Thus, a plurality of promising analytical techniques are available on the basis of scanning probe microscopy techniques, which may be used for estimating materials and manufacturing techniques applied for the manufacturing of microstructural devices, such as advanced integrated circuits, wherein, however, the fabrication of appropriate nano-probes on the basis of conventional strategies may reduce the overall efficiency of these promising analytical tools.
The present disclosure is directed to various methods and devices that may avoid, or at least reduce, the effects of one or more of the problems identified above.
The following presents a simplified summary of the invention in order to provide a basic understanding of some aspects of the invention. This summary is not an exhaustive overview of the invention. It is not intended to identify key or critical elements of the invention or to delineate the scope of the invention. Its sole purpose is to present some concepts in a simplified form as a prelude to the more detailed description that is discussed later.
Generally, the subject matter disclosed herein relates to enhanced techniques for the fabrication of nano-probes to obtain respective devices for sophisticated analytical scanning probe microscopy techniques, wherein the probes may be formed with a high degree of uniformity and with a high degree of flexibility with respect to the shaping of the probes. Furthermore, the techniques disclosed herein enable the selection of a wide class of materials for the tip portions of the nano-probes, which, in turn, provides the possibility of adjusting the characteristics of the probe under consideration with respect to the analytical task to be fulfilled, wherein, in combination with enhanced flexibility in shaping the tip portions and in view of the highly uniform process technique, a plurality of scanning probe measurement strategies may be employed as standard metrology strategies during the complex manufacturing process for forming microstructure devices. For this purpose, a probe material may be provided in the form of a layer material on an appropriate carrier material and may be subsequently patterned, which, in some illustrative aspects disclosed herein, may be accomplished on the basis of lithography and/or highly directional particle bombardment, such as a focused ion beam, to obtain the desired shaping of the tip and a cantilever portion connected thereto. Furthermore, the portions of carrier material may be appropriately removed to “expose” or release the cantilever portion and the tip portion. Thus, a wide variety of materials, such as metals, highly doped semiconductor materials, dielectric materials and the like, may be used for the tip portion and the cantilever connected thereto, while the remaining substrate material may be efficiently used as a mechanical support and thus as a remaining cantilever, the deflection of which may be detected on the basis of optical techniques, wherein the required optical characteristics of the substrate material, such as reflectivity and the like, may be efficiently adjusted. Furthermore, for electrically conductive materials, an appropriate interconnection structure may be formed during the patterning of the tip portion and the cantilever portion, thereby further enhancing the flexibility and reliability of the manufacturing technique and thus of the resulting nano-probes. In some illustrative aspects disclosed herein, the carrier material may be pre-processed to obtain a “template” structure prior to providing the probe material, wherein the template structure may act as a “mold” for the probe material, at least in the tip portion, thereby efficiently defining the basic configuration of the tip portion so that, for instance, the degree of tapering of the tip portion, an inclination angle of the probe material with respect to the cantilever portion, and the like may be defined with high uniformity for a plurality of probes on the basis of well-established three-dimensional microstructuring technologies, as may be used for conventional MEMS (microelectronic mechanical structures) or conventional mechanical nano-probes.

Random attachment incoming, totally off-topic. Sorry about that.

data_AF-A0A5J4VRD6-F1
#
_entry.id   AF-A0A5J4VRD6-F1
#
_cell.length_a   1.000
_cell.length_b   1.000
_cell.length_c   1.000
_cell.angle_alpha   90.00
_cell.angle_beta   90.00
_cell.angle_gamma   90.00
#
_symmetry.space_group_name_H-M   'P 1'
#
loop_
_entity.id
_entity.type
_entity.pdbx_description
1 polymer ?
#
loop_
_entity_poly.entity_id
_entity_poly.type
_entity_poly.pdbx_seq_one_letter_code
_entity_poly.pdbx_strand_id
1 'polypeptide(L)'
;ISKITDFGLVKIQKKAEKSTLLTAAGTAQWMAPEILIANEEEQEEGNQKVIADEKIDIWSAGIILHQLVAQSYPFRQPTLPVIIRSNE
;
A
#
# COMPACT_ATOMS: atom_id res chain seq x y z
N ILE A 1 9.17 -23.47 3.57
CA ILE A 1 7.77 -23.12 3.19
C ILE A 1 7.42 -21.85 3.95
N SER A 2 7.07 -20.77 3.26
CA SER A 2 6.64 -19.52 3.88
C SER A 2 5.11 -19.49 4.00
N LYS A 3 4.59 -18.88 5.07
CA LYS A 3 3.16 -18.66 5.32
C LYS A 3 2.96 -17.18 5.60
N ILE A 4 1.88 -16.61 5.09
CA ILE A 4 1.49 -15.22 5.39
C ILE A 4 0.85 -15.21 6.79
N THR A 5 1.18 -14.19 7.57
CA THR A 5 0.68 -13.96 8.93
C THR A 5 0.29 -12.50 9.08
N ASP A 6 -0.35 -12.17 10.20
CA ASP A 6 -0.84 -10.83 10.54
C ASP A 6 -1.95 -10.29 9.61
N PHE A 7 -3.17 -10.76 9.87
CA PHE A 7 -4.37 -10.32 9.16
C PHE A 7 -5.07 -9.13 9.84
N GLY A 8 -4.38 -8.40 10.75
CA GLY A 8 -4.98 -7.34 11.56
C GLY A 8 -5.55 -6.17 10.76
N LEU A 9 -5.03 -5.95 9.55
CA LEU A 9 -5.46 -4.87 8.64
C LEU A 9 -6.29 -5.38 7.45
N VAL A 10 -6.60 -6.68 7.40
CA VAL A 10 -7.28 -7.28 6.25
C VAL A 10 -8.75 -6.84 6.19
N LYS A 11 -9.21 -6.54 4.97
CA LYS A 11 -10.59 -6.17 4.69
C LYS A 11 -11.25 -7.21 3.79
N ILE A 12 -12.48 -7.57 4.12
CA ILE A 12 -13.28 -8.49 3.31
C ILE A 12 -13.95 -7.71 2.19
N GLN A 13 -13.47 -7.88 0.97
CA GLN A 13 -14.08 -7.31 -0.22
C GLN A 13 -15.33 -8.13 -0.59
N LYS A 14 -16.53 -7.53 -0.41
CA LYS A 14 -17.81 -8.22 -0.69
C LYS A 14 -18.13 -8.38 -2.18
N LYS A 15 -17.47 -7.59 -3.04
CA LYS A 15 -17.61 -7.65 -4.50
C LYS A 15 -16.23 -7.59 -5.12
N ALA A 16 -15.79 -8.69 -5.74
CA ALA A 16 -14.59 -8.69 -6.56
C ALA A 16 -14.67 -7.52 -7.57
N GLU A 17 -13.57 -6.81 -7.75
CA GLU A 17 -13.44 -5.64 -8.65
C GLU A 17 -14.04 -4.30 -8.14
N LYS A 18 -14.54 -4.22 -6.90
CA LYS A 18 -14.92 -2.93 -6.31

One illustrative method disclosed herein relates to the formation of a probe and comprises providing a substrate having formed thereon a layer of probe material. Furthermore, a tip portion and a cantilever portion are formed in the probe material and additionally a part of the substrate is selectively removed to provide the tip portion and the cantilever portion to extend from a remaining part of the substrate.
A further illustrative method disclosed herein comprises providing a substrate having a surface for forming a cantilever portion thereon, wherein the substrate further comprises a template structure extending from the surface, and wherein the template structure defines an edge extending from the surface. The method further comprises forming a probe material above the surface and the template structure and patterning the probe material to form a cantilever portion on a part of the substrate and a tip portion connected to the cantilever portion, wherein the tip portion extends along the edge defined by the template structure. Finally, the method comprises selectively removing the template structure and a part of the substrate corresponding to the cantilever portion.